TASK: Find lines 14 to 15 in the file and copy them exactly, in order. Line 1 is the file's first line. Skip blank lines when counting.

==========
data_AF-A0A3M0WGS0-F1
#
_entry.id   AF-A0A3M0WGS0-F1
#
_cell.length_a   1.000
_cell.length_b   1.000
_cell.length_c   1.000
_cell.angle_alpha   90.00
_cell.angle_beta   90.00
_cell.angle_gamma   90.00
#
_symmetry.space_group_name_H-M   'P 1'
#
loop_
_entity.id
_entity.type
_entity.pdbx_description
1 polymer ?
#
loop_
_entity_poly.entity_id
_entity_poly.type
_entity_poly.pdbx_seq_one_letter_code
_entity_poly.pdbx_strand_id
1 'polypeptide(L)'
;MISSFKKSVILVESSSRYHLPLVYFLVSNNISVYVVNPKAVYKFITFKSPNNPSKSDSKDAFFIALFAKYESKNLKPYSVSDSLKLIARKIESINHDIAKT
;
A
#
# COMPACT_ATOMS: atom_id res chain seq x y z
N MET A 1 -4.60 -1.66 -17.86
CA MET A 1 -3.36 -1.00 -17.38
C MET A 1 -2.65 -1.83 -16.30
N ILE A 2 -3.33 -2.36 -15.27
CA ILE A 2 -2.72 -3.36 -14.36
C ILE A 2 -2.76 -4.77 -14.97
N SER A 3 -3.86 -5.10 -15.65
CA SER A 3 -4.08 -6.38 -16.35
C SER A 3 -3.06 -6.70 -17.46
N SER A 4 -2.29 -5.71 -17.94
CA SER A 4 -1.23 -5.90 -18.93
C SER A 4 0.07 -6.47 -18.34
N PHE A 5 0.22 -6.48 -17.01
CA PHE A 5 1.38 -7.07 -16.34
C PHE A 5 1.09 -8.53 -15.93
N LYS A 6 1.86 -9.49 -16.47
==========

loop_
_entity.id